Most Women Pregnant From Sexual Assault Don't Want Abortions Print

Elliot Institute director Dr. David Reardon says most women who become pregnant through rape or incest do not want abortions. Instead, most report feeling coerced into abortion and that abortion only increased their grief and trauma.

Reardon, co-editor of the book Victims and Victors: Speaking Out About Their Pregnancies, Abortions, and Children Resulting from Sexual Assault, says that such exceptions are often seen as compassionate responses to women who would otherwise have no choice but to continue with the pregnancy.

"Typically, both sides of the abortion debate have accepted the premise that women who become pregnant as a result of sexual assault want abortions," Reardon said. "It is thought that this will help them put the assault behind them, recover more quickly, and avoid the additional trauma of giving birth to a child conceived in a violent attack. Those who oppose such exceptions are often seen as insensitive and unconcerned about the welfare of women."

However, Reardon says, research carried out for Victims and Victors suggests otherwise.

In a survey of 192 women who became pregnant through rape or incest, nearly 80 percent said that they regretted their abortions, while none of the women who carried to term said that they wished they had not done so or that they had chosen abortion instead...

"Many of the women in the survey also reported that they felt pressured by family members or health care workers to undergo abortions, and that they did not freely choose abortion for themselves," Reardon explained. "This was especially the case for those who became pregnant through incest; in almost every case, the abortion was chosen by the girl's parents or tragically, by the perpetrator himself. In some cases the abortion was used to cover up the incest and the girl was returned to the same abusive situation to be victimized again."

Many of the women who shared their stories in Victims and Victors said that abortion felt like a further violation. One woman who was impregnated by her father at the age of 15 described being taken to the hospital where her father demanded that an abortion be performed. When she refused, she was held down by the nurses and drugged before being subjected to the abortion.

"I grieve every day for my daughter," wrote the woman, who asked that her name be concealed to protect her privacy. "I have struggled every day to forget the abuse and the abortion. I can do neither. . . . The trauma of the rape and abuse was only intensified by the abortion." In fact, Reardon said, rape and incest exceptions may make it easier for others to pressure a woman who is pregnant from sexual assault into an unwanted abortion, since it implies that even those who are pro-life feel that abortion is an acceptable solution in such cases.

"Many women have reported that the hardest part of carrying a pregnancy resulting from sexual assault to term was the attitudes of the people around them," he said. "The public attitude that abortion will somehow 'fix' the woman clearly adds to the pressure on her to abort rather than supporting her when she wants to carry to term."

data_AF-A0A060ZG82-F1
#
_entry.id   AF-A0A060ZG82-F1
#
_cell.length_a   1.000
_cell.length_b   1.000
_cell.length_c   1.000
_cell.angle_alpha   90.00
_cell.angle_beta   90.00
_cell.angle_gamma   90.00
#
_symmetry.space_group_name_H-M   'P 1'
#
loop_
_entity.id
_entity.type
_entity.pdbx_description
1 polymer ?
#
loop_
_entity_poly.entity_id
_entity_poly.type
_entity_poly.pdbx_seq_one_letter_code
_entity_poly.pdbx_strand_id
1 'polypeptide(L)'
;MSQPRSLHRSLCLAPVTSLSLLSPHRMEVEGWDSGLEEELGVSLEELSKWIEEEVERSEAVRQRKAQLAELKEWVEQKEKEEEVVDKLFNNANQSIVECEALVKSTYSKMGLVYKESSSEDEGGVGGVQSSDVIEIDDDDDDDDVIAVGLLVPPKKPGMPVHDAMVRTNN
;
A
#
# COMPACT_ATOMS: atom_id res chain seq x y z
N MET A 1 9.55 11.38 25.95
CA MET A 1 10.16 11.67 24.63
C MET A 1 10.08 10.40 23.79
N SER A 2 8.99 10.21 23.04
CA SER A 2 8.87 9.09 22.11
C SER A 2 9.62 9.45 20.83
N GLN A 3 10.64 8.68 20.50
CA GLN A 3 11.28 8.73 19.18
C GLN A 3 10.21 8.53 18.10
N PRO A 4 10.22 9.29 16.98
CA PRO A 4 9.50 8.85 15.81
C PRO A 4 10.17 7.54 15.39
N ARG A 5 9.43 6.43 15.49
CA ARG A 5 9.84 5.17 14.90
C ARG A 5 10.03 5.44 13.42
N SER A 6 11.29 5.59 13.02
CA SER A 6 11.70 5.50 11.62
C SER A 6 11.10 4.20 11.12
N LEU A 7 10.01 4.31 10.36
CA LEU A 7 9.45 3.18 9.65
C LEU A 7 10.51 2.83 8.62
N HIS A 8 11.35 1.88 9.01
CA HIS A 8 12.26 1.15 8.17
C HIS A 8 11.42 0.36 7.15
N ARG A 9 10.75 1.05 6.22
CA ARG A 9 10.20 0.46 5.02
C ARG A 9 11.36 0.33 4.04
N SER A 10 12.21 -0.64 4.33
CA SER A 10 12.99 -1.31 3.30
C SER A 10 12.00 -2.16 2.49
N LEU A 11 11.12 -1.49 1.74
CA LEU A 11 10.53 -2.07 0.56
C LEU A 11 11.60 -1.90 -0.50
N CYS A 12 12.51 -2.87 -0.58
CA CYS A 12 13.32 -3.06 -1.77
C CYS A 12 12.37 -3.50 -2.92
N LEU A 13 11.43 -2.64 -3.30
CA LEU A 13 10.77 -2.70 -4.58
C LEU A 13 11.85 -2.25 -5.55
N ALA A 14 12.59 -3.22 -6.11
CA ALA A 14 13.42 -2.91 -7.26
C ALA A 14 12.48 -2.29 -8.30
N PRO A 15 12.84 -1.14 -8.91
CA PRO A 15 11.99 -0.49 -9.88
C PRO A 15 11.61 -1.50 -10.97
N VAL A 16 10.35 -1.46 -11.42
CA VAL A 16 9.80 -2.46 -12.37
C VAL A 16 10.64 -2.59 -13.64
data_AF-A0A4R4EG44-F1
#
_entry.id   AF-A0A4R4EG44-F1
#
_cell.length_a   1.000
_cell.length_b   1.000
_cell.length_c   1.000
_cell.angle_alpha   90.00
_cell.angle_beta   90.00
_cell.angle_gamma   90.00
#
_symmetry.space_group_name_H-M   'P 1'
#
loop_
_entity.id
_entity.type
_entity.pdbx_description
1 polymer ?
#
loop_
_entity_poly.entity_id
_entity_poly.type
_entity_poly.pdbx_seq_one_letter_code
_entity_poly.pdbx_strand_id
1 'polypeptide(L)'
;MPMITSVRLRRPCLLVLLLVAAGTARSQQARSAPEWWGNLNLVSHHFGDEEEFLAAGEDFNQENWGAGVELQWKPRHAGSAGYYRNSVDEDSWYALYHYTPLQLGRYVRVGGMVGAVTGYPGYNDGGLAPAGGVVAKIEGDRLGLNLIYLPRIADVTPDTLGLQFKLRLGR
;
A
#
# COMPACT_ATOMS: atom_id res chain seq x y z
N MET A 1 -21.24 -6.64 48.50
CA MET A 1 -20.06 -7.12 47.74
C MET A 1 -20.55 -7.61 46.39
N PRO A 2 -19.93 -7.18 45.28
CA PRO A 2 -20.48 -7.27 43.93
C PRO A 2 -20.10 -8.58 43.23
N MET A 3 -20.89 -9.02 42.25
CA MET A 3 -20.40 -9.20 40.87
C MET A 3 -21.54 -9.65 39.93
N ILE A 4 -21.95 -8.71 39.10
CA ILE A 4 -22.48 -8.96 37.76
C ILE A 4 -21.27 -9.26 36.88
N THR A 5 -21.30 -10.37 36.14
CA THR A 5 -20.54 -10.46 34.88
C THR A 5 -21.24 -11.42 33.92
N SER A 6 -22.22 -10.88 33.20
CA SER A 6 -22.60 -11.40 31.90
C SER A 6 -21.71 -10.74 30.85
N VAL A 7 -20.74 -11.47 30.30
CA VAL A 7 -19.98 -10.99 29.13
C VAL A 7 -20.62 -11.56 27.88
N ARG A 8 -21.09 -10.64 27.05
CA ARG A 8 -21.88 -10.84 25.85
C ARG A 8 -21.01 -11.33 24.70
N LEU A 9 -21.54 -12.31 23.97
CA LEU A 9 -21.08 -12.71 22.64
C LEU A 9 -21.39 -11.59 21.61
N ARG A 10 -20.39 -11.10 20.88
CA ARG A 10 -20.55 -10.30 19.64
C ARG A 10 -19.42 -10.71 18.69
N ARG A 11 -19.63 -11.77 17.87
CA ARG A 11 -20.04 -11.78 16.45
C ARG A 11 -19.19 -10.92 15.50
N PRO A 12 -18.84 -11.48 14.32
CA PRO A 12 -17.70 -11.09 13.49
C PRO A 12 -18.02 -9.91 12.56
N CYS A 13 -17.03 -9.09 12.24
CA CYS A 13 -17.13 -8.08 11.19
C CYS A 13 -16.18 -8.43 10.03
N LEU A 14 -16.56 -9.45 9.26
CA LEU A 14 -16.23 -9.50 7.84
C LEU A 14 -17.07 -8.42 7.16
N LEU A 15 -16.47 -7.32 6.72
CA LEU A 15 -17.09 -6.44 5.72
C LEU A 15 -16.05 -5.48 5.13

Reardon also points to studies documenting increased psychological problems among women who have had abortions, including higher rates of depression, substance abuse, psychiatric problems, anxiety, suicidal thoughts, sleep disorders, and other difficulties.

"Numerous studies have also shown that women with a history of trauma are more likely to experience difficulties coping after an abortion," he said. "The women in our survey said repeatedly that what they needed was time and support to come to terms with the assault and the resulting pregnancy. In fact, many felt that abortion actually prevented them from healing because it reinforced the negative perceptions with which they were already struggling."

Kathleen DeZeeuw, who raised her son after becoming pregnant through rape at the age of 16, wrote that she felt abortion advocates used the issue of sexual assault pregnancy to push for abortion without considering the real needs of the women involved.

"Women who have gone through the trauma of rape or incest need to be counseled, cared for, and listened to," she wrote. "If they conceived, they need to be encouraged to work through their anger and bitterness. . . . A woman is most vulnerable at a time such as this and doesn't need to be pounced on by yet another act of violence. She needs someone to truly listen to her, care for her, and give her time to heal."

DeZeeuw and more than 30 other women have signed a petition to Congress and state legislatures asking for public hearings at which women who have become pregnant through sexual assault can share their stories and address the real concerns that they've struggled with.

"I, having lived through rape, and having raised a child conceived in rape, feel personally assaulted and insulted every time I hear that abortion should be legal because of rape and incest," DeZeeuw wrote. "I feel that we're being used to further the abortion issue, even though we've not been asked to tell our side of the story." (Source: Elliot Institute)

A free, downloadable four-page booklet on sexual assault pregnancy and abortion is available at www.unfairchoice.info/resources.htm.

 
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